Why England fans will be safe at the World Cup in Russia (if they keep themselves to themselves)

  A sign for the Entrance to the 2018 World Cup Final draw in Red Square, Moscow.

A sign for the Entrance to the 2018 World Cup Final draw in Red Square, Moscow.

I drive to and from work every day and I can spend up to 15 hours in the car every week. Of course, life behind the wheel can be a bit mundane at times, and it’s why I listen to my station of choice, talkSPORT, so much.

One of the hot topics on the radio over the past few days has concerned the safety of the England national football team and its attending fans at the World Cup finals in Russia following the poisoning of an ex-Russian spy and his daughter in Salisbury more than two weeks ago.

The British government believe the Russian government hold some responsibility or knowledge in connection with the attack, while the Russians have denied such accusations. In retaliation, the United Kingdom expelled 23 Russian diplomats and Prime Minister Theresa May confirmed that neither the Royal Family nor any government ministers will be attending the summer football tournament.

  The 2018 FIFA World Cup countdown clock outside the Kremlin in Moscow.

The 2018 FIFA World Cup countdown clock outside the Kremlin in Moscow.

The media has already carved out a reputation for Russian football fans, creating documentaries and publishing reports about the country’s hooligans and their ‘preparations’ for incoming foreign football fans. And who can forget clashes between the English and Russians in Marseille before their teams’ showdown at Euro 2016?

Add that all together and things seem bleak for any England supporter wanting to experience the thrill of the 2018 FIFA World Cup in person.

Yet all isn’t as bad as it seems…

While the press may like to cause a stir and paint a picture of the English faithful being greeted by a pitchfork-and-torch-laden mob as soon as they touch down in Russia, it’s probably going to be pretty safe for England fans.

  I had an amazing time in Russia and not once felt unsafe. My advice if you want to attend the World Cup is simply to go, and act as you would if you went a normal city break or holiday.

I had an amazing time in Russia and not once felt unsafe. My advice if you want to attend the World Cup is simply to go, and act as you would if you went a normal city break or holiday.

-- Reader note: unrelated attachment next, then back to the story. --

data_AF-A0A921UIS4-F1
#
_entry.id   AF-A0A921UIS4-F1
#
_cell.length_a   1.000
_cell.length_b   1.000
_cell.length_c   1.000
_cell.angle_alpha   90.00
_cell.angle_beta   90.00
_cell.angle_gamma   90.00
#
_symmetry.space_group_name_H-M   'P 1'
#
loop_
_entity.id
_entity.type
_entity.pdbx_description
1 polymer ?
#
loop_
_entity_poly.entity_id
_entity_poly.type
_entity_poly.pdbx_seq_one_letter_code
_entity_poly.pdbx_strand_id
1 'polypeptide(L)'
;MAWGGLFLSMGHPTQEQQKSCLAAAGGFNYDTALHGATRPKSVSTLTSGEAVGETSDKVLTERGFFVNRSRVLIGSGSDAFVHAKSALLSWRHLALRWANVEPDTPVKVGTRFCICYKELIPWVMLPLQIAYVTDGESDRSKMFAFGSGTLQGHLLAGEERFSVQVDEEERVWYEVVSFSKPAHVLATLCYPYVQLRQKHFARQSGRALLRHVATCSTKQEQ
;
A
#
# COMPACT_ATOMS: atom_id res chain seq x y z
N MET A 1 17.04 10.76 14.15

I recently went to Russia, and people were pretty apprehensive about that when I told them of my travel plans. We headed to Moscow in December for six days and, ironically, were there at the same time as the World Cup group stage draw, enjoying one of the best trips I’ve ever been on.

Despite being warned about Russians’ aversion to Westerners, we had a great time and the break went without a hitch. On the Friday night, we even ventured out to VEB Arena, home to local club side CSKA Moscow, and watched a game of football alongside the home fans. It’s not like we even tried to hide that we were foreigners as we had to ask for help from about three stewards – all of whom were extremely friendly and helpful.

  Going to a football game in Russia was a great experience - despite being a foreigner.

Going to a football game in Russia was a great experience - despite being a foreigner.

We didn’t attract any horrible looks, nor did we feel threatened or intimidated. The only shock of the night was seeing the CSKA fans behind the goal go topless in sub-zero conditions. But at the same time, we didn’t make a nuisance of ourselves and we didn’t make a conscious effort to stand out. We went to enjoy a game of football and a fantastic city and didn’t encounter anything sinister.

VEB Arena Approach.jpeg

Russia is a wonderful country occasionally tainted by the actions of the few. But that shouldn’t get in the way of football fans exploring places like Saint Petersburg, Nizhny Novgorod and Kazan – cities that are less travelled but hold so much potential value to those who dare visit.

If England fans can keep themselves in check and are well behaved, then the chances of anything bad happening to them, other than the result of the games, is very slim to none. And fans that are well behaved but unsure whether to actually make the trip - don't be put off by what you see on the television - just go for it, in my opinion.

Let’s face it, Russia won’t care about the everyday people which will make up the majority of the England fan base. Do you think it’s worth starting a war over Terry, 54, from Basildon? Me neither.

However…

Good behaviour and England fans don’t exactly go hand-in-hand – just look at the past couple of days. A large contingent of English football supporters headed across the North Sea this week to cheer on the Three Lions in Amsterdam. Despite having just over 5,000 tickets allocated to England for the pre-World Cup friendly, the English representation far exceeded the number of seats available.

Alcohol and England fans don’t mix very well, and that potent cocktail delivered yesterday as a band of chavs and gobshites thought throwing beer over boat-tripping tourists was some sort of noble feat, while another jumped into a canal half-naked and someone else threw a bike into the waterways. If only Britain First was still on Facebook, they could share these achievements with their fellow Brexiteers.

If similar behaviour occurs in Russia, where tolerance levels won’t be as high as those in Amsterdam, then there are probably a few England fans in for a hiding.

But if these people can show some restraint, people who don’t represent the entire country, may I add, then they are likely to have a good time over World Cup month, rather than proving talkSPORT right.